Thirteen percent of San Francisco’s population is under 18, compared with 22 percent in the state overall and nationwide. The longstanding trend in San Francisco is often attributed to the region’s extremely high cost of living, the newspaper reports.

There’s a roughly 70 percent chance that two California residents chosen at random would be from different ethnic or racial backgrounds, according to census data. When it comes to this metric, known as the diversity index, California ranks second nationwide after Hawaii.

Both Solano and Alameda Counties rank in the nation’s 10 most diverse counties. Explore how California’s counties stack up.

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Credit...Patrick T. Fallon/Agence France-Presse — Getty Images

California

  • Colorado River shortage: For the first time, the federal government declared a water shortage at Lake Mead, a main reservoir for the Colorado River. California is spared immediate cuts, but the declaration limits the water supply for Nevada and Arizona, the other states in the river’s lower basin.

  • Owens pupfish: A native California fish species that has been teetering on the edge of extinction for the past 50 years has been given a possible new home.

  • Business leaders: Allan Zaremberg, the California Chamber of Commerce president and chief executive, has announced that he will retire at the end of the year, according to The Sacramento Bee.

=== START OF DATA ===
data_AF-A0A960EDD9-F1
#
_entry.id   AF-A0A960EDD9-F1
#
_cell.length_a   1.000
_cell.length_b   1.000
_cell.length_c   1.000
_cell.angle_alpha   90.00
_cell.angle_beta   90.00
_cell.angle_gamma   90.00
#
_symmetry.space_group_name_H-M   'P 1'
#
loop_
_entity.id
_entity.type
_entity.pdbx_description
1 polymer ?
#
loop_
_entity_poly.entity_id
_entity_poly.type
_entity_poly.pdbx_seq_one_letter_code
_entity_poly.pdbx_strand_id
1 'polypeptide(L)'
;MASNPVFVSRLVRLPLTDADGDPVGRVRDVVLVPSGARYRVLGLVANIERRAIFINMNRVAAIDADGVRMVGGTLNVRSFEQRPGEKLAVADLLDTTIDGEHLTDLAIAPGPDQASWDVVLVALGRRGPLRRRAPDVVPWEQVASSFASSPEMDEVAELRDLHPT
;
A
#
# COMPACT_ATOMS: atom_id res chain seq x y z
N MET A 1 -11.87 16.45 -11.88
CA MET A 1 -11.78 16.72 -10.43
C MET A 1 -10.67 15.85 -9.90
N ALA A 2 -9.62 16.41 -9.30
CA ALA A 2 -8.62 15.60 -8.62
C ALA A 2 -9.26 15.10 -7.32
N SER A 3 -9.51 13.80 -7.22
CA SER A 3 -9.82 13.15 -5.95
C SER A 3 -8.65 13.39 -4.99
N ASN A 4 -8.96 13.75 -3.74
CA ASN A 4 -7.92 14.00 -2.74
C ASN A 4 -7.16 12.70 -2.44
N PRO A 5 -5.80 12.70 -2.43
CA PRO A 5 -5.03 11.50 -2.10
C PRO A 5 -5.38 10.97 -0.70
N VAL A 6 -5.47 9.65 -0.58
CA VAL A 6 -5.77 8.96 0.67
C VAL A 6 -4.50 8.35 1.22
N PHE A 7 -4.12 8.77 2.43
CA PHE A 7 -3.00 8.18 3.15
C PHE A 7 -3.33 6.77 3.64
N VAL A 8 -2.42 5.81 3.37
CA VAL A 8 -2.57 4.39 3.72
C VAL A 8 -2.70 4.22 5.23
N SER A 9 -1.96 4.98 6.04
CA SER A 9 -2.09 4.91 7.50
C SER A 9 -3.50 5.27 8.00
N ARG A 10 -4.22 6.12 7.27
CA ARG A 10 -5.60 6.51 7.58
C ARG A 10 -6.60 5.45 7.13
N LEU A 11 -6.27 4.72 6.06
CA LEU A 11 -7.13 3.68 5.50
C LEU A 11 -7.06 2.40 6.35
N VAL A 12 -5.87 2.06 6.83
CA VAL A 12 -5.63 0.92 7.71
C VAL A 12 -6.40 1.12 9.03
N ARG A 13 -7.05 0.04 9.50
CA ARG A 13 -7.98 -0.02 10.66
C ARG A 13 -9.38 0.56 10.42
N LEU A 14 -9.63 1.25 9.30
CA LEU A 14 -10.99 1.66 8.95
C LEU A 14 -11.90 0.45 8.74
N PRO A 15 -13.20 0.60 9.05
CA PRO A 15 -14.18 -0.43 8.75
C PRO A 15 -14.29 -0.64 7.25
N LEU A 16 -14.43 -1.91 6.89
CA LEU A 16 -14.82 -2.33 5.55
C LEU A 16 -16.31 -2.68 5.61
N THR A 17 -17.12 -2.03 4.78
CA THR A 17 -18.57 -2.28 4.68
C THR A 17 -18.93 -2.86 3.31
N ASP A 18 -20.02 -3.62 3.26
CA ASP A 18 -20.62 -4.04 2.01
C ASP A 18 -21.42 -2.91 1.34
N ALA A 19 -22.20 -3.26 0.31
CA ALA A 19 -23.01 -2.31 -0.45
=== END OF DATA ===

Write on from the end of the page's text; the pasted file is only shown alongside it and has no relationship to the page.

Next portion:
SOUTHERN CALIFORNIA

  • Covid testing in schools: The Los Angeles Unified School District plans weekly coronavirus testing of every student, teacher and staff member. The Los Angeles Times details the effort.

  • Crackdown on homeless camps: Joe Buscaino, a Los Angeles city councilman who is running for mayor, is pushing his colleagues to prohibit homeless encampments from going up within 500 feet of public schools, The Los Angeles Times reports.

CENTRAL CALIFORNIA

NORTHERN CALIFORNIA


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Credit...Gentl and Hyers for The New York Times

Tejal Rao, California restaurant critic for The Times, has started a newsletter dedicated to the delights of vegetarian cooking. The kale-sauce pasta featured in the first edition is scrumptious.


Today’s California travel tip comes from John Le Pouvoir, a reader who lives in Pollock Pines. John writes:

In this era of climate change, here’s a ‘see it before it is gone’ idea. Jot Dean Ice Cave. Way up north, in the Medicine Lake Highlands Volcanic Area.

Tell us about the best spots to visit in California. Email your suggestions to CAtoday@nytimes.com. We’ll be sharing more in upcoming editions of the newsletter.


Whether you’re a parent, teacher or student, I’d love to hear from you about the first day of school.

Please send me a few sentences about your (or your child’s) return to the classroom, including your name, school, age and grade, if appropriate. Your response may be published in an upcoming edition of the newsletter.

Joy, anger, fear, boredom — I want to hear it all. Email me at CAtoday@nytimes.com.


A new skating rink in East Oakland is providing opportunities for fun while rejuvenating the neighborhood, reports the news site The Oaklandside.

On a recent Sunday at the rink, where songs by Beyoncé and E-40 boomed, “everyone present appeared to be feeling the vibes.”